If Jay Poulos is anything, he is practical. At times, I have found him frustratingly practical. But that quality, shared by Rick and Doug, has kept my experiences grounded in what is really possible. So although this book is about a theory, it is not theoretical; it is not academic. This book describes real implementations of a significant portion of the theory over numerous years for well-known companies. It is about the grinding and refining of the theoretical as it meets practical problems, exposing new insights.
“Study history” Eric said. It is good advice because principles are usually additive; it is important to understand the basics of computing before understanding large-scale system implementations. Being clear about bookkeeping is important to understanding the accounting profession. I have determined to write this book so that anyone that has had a basic accounting course and created a spreadsheet can understand the concepts and implications of the ideas.2 Of course the reader will determine if I have been successful.
I am aware that because of this goal, perhaps the book will please no one. Accountants may find my review of accounting tedious and simplistic at times. Computer scientists may likely make the same complaint about information systems. I doubt anyone will find that it is not comprehensive enough, even though it cannot cover all computer processes or accounting procedures. Some scholars now argue that post-reductionism analysis provides greater insight into the implications of new innovations.3 Rick has always held that the most effective people are those that are experts in more than just one discipline. Fully understanding the intersection of accounting and computers will yield many more fruits than learning more and more about less and less of either field. People with deep capabilities in multiple disciplines produce the most creative results. This book attempts to expose new principles.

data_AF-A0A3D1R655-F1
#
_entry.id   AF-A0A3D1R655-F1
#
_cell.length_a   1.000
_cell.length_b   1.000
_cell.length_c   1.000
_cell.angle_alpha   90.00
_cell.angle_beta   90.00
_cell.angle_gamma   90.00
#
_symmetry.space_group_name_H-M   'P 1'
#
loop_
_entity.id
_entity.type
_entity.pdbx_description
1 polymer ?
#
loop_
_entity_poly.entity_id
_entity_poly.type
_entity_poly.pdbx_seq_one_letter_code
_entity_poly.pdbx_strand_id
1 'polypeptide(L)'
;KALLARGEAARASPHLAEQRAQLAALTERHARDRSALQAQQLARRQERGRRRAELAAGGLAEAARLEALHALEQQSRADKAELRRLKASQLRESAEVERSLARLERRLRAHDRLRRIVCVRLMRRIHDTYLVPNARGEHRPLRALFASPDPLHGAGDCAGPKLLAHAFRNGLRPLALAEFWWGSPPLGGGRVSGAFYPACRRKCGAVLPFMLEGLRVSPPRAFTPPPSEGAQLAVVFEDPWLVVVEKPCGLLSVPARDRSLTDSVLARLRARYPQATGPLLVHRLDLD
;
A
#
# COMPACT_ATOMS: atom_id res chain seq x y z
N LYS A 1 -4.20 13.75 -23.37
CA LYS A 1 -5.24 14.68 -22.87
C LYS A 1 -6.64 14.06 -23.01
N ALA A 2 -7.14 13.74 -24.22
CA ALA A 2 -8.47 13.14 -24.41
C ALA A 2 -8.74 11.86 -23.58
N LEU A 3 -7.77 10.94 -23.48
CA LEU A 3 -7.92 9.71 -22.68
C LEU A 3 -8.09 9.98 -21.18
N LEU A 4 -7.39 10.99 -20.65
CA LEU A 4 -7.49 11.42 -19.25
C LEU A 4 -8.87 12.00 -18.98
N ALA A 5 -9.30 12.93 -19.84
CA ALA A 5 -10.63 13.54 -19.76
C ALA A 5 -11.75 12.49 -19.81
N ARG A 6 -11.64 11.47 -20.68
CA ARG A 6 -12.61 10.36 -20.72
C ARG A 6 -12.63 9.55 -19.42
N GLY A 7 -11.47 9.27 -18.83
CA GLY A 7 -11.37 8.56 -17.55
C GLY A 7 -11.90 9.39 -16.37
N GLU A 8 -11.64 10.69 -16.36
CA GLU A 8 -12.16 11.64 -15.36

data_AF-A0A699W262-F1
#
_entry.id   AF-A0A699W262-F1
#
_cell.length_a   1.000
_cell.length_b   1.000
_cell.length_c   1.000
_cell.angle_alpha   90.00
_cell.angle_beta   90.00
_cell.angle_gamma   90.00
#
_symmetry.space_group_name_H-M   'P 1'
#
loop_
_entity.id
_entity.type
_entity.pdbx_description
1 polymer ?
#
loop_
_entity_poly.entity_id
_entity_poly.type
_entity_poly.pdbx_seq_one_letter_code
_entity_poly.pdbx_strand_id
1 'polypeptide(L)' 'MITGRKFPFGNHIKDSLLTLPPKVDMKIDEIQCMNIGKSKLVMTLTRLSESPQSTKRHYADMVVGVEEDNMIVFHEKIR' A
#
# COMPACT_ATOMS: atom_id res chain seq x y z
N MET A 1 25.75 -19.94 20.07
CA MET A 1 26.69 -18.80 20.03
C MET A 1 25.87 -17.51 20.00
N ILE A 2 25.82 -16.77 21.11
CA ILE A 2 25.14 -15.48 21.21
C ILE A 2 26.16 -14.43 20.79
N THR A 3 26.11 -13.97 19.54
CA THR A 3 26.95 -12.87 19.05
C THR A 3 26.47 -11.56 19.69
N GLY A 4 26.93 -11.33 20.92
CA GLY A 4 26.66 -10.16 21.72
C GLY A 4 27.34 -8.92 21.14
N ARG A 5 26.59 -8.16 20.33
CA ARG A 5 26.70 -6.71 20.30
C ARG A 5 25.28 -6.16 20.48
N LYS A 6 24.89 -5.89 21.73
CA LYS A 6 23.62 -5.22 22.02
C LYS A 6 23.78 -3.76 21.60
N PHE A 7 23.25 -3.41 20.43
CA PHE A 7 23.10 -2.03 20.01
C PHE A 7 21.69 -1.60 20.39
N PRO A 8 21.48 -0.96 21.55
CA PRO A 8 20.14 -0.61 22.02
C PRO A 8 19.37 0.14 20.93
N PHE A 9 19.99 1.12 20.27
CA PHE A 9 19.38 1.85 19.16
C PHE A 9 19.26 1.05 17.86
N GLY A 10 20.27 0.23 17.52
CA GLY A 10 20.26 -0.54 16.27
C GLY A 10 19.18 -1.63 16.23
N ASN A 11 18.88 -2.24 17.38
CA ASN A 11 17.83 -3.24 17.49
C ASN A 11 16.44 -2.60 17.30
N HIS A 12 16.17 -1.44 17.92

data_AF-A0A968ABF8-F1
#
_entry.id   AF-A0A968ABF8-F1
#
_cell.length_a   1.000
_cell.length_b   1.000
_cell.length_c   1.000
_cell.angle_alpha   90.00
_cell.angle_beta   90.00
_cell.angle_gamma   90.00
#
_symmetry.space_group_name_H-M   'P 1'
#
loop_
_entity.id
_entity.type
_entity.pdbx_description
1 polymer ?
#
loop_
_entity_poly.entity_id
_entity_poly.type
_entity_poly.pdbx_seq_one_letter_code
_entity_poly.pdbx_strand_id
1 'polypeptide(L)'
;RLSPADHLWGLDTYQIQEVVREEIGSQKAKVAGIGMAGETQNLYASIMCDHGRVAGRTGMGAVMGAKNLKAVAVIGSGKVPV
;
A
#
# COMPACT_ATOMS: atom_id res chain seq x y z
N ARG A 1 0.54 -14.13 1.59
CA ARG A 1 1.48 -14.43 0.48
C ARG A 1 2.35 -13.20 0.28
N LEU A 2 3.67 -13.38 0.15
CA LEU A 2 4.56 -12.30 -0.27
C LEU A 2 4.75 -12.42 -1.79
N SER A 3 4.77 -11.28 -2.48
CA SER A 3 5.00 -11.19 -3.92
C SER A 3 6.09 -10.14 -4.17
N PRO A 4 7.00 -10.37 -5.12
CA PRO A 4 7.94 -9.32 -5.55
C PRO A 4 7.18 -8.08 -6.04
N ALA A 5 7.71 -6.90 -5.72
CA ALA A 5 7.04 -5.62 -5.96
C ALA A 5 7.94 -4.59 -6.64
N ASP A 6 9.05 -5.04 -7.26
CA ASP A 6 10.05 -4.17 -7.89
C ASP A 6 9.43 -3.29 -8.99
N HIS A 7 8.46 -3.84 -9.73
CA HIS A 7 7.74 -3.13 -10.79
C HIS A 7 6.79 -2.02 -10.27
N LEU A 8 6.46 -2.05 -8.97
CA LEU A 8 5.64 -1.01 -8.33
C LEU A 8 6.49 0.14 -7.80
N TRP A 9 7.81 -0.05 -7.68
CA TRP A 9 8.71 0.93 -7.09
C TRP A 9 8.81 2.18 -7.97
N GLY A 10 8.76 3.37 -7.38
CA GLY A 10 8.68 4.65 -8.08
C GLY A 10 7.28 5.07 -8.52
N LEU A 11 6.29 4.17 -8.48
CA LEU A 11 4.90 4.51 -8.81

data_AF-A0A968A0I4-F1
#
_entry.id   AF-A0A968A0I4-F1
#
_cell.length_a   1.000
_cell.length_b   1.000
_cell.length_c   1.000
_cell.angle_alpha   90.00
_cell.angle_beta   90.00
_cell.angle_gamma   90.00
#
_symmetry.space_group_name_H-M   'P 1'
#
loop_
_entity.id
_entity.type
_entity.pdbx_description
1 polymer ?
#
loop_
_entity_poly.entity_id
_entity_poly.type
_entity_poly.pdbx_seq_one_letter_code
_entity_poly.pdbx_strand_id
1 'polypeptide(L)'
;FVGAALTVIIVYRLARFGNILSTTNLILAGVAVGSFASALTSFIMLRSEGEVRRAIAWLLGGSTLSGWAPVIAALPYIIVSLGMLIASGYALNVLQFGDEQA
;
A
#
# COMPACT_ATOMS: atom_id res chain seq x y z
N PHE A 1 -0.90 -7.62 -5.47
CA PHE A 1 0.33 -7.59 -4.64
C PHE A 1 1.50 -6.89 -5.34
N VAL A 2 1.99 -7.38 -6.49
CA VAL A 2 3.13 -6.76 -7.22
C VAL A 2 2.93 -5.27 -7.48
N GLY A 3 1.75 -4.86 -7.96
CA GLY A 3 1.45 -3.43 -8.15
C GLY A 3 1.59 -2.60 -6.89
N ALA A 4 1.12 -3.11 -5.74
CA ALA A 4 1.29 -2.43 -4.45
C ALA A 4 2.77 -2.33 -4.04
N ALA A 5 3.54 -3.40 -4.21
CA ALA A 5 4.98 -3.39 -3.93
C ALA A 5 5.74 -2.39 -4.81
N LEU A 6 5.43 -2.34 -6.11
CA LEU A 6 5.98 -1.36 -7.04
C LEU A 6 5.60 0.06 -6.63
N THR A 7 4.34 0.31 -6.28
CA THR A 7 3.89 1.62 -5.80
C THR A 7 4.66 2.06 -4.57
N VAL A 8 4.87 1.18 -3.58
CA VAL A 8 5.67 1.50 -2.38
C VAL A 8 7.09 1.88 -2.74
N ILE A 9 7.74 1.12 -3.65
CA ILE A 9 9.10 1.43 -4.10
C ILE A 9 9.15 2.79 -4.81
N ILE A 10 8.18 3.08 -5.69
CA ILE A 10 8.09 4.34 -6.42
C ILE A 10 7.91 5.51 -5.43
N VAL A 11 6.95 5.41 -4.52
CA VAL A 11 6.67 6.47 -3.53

If the basics begin to bog down or bore, it is possible to skip selected sections. For example, the REAL Analysis Method describes how to build a business event based system from the ground up as well as some aspects of IT methodology for creating systems. This idea is at the far end of the potential implications of the system. In the balancing act of my career I haven’t seen the theory applied at this extreme. Even so, I think it important to understand, particularly if we are attempting to chart where we might be headed. It is also not necessary to read a computer dump as explained in Abends, but I do believe it is important to appreciate how to do it. Care should be taken, though, at thinking too much material is optional. Many computing textbooks contain made-up computer languages to demonstrate principles. The SAFR details in Part 5 might profitably be approached in this way.
At a dinner with Jay, Doug and Rick in Oregon in the summer of 2008, I said I was exasperated by the constant bickering between the business users of the systems being built and the IT department in charge of building them. Jay said, “